Ranthambore Fort

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Ranthambore Fort lies within the Ranthambore National Park, near the town of Sawai Madhopur, the park being the former hunting grounds of the Maharajahs of Jaipur until the time of India's Independence. It is a formidable fort having been a focal point of the historical developments of Rajasthan. The fort was held by the Chahamanas (Chauhans) until the 13th century, when the Delhi Sultanate captured it.

In 2013, at the 37th session of the World Heritage Committee, Ranthambore Fort, along with 5 other forts of Rajasthan, was declared a UNESCO World Heritage Site under the group Hill Forts of Rajasthan.

Sultan Alau'd Din put to Flight; Women of Ranthambhor commit Jauhar, a Rajput painting from 1825.

Quotes[edit]

  • “In the year AH 689 (AD 1290), the Sultan led an army to Rantambhor… He took… Jhain, destroyed the idol temples, and broke and burned the idols…”
    • Tarikh-i-Firuz Shahi by Barani. About Sultan Jalalu’d-Din Khalji (AD 1290-1296) conquests in Jhain (Rajasthan) Elliot and Dowson, History of India as told by its own historians, Vol. III, p. 146
  • “On Tuesday, the 3rd of Ziqad in AH 700 (10 July, 1301), the strong fort [of Ranthambhor] was conquered. Jhain which was the abode of the infidels, became a new city for Musalmans. The temple of Bahirdev was the first to be destroyed. Subsequently, all other abodes of idolatry were destroyed. Many strong temples which would have remained unshaken even by the trumpet blown on the Day of Judgment, were levelled with the ground when swept by the wind of Islam.”
    • Amir Khusrow. About Sultan ‘Alau’d-Din Khalji (AD 1296-1316) and his generals conquests in Jhain (Rajasthan). Amir Khusrow in S.A.A. Rizvi, Khalji Kalina Bharata, Aligarh, 1955, pp. 160
  • “…and in the same year the Sultan for the second time marched against Ranthambhor, and destroyed the country round it, and overthrew the idols and idol-temples, but returned without attempting to reduce the fort…”
    • Sultan Jalalu’d-Din Khalji (AD 1290-1296) Ranthambhor (Rajasthan). `Abd al-Qadir Bada'uni:Muntakhab-ut-Tawarikh.
  • 1. Jhain: “Next morning he (Jalalud-Din) went again to the temples and ordered their destruction… While the soldiers sought every opportunity of plundering, the Shah was engaged in burning the temples and destroying the idols. There were two bronze idols of Brahma, each of which weighed more than a thousand mans. These were broken into pieces and the fragments were distributed among the officers, with orders to throw them down at the gates of the Masjid on their return (to Delhi)” (Miftah-ul-Futuh).... 5. Ranthambhor: “This strong fort was taken by the slaughter of the stinking Rai. Jhain was also captured, an iron fort, an ancient abode of idolatry, and a new city of the people of the faith arose. The temple of Bahir (Bhairava) Deo and temples of other gods, were all razed to the ground” (Ibid.).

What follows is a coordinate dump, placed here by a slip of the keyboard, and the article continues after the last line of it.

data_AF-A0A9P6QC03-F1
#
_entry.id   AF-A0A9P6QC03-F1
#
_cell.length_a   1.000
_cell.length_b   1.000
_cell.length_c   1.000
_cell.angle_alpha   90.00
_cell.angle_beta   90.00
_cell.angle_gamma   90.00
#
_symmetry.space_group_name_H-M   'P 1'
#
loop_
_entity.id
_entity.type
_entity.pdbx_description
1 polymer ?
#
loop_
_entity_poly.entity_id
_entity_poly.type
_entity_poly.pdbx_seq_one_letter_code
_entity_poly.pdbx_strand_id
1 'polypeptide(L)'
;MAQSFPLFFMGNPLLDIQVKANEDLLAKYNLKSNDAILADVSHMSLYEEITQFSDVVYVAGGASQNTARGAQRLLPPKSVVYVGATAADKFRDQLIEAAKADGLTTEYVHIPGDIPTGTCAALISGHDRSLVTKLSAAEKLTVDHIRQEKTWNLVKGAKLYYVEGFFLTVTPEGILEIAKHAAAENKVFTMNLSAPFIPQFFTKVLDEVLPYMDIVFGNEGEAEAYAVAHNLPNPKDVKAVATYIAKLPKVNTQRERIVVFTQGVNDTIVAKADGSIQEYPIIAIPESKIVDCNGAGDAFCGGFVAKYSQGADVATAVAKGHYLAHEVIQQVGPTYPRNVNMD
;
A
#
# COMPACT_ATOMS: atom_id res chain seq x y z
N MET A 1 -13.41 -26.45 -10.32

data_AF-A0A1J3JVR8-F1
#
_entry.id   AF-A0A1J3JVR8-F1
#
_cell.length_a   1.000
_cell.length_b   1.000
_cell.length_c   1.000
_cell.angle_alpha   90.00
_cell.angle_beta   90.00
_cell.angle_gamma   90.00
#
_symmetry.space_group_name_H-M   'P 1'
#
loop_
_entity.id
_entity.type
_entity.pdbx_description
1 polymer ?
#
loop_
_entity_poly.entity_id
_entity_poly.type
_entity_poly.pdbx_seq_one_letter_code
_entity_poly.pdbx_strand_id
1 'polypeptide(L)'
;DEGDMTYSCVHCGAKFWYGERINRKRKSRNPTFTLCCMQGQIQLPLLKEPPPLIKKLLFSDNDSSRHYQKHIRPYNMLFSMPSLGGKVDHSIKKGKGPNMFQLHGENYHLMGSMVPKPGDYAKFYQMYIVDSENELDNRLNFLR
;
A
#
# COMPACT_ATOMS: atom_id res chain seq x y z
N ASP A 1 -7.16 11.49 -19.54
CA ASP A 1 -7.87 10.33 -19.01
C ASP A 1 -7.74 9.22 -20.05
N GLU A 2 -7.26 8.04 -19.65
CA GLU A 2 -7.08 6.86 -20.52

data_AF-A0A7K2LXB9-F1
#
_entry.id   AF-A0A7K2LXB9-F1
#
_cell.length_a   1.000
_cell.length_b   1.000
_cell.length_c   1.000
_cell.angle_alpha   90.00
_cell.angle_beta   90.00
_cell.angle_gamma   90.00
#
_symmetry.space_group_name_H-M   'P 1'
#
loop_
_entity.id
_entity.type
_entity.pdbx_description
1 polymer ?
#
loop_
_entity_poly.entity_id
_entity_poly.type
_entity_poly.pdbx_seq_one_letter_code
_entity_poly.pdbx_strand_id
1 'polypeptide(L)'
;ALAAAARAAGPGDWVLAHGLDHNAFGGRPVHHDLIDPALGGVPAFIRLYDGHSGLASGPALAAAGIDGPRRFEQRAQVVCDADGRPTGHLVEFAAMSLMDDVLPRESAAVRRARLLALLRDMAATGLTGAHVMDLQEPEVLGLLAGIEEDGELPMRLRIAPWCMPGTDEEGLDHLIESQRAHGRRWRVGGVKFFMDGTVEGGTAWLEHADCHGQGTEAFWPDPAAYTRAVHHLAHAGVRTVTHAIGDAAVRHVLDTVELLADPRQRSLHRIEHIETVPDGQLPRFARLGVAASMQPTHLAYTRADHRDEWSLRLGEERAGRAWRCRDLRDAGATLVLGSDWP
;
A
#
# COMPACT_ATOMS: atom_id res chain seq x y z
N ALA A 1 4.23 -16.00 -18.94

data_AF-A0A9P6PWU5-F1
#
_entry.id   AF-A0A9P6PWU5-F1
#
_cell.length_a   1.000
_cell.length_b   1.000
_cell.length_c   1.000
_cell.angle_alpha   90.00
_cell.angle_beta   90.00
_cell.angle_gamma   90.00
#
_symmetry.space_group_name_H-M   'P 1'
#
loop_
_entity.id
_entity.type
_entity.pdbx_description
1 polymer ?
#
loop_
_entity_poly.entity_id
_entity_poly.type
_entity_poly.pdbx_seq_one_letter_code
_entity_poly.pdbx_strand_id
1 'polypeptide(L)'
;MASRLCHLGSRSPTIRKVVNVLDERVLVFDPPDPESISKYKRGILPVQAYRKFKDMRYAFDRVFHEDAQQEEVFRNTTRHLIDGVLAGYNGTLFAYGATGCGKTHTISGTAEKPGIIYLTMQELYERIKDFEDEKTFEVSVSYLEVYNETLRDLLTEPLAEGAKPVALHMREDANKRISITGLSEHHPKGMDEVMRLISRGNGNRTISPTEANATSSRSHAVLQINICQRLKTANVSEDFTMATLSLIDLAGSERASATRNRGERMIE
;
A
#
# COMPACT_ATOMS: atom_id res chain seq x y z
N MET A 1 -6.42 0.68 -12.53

• Amir Khusru. The instances cited relate to the doings of Jalalud-Din Firuz Khalji, Alaud-Din Khalji and the letter’s military commanders. Quoted in The Tip of An Iceberg (Indian Express, February 19, 1989) and in Shourie, A., & Goel, S. R. (1990). Hindu temples: What happened to them. [1]
  • “He marched from it to Ranthanbhor. He first encamped at Jhayan and conquered it. He demolished temples and broke idols. He killed, captured and pillaged…”
    • Sultan Jalalu’d-Din Khalji (AD 1290-1296) Jhain (Rajasthan) Zafaru’l-Walih Bi Muzaffar Wa Ãlihi, Zafaru’l Walih Bi Muzaffar Wa Ãlihi, translated into English by M.F. Lokhand­wala, Baroda, 1970 and 1974, Vol. II, 626-8. As quoted in Goel, S. R. (1993). Hindu temples: What happened to them. Vol II, Ch. 7.
  • “The King, after the decease of his son, marched his army towards Runtunbhore, to quell an insurrection in those parts, leaving his son Arkully Khan in Dehly, to manage affairs in his absence. The enemy retired into the fort of Runtunbhore, and the King reconnoitred the place, but, despairing of reducing it, marched towards Oojein, which he sacked. At the same time also, he broke down many of the temples of Malwa, and after plundering them of much wealth, returned to Runtunbhore.”
    • Firistha .Tãrîkh-i-Firishta. Sultãn Jalãlu’d-Dîn Khaljî (AD 1290-1296)Malwa (Madhya Pradesh)

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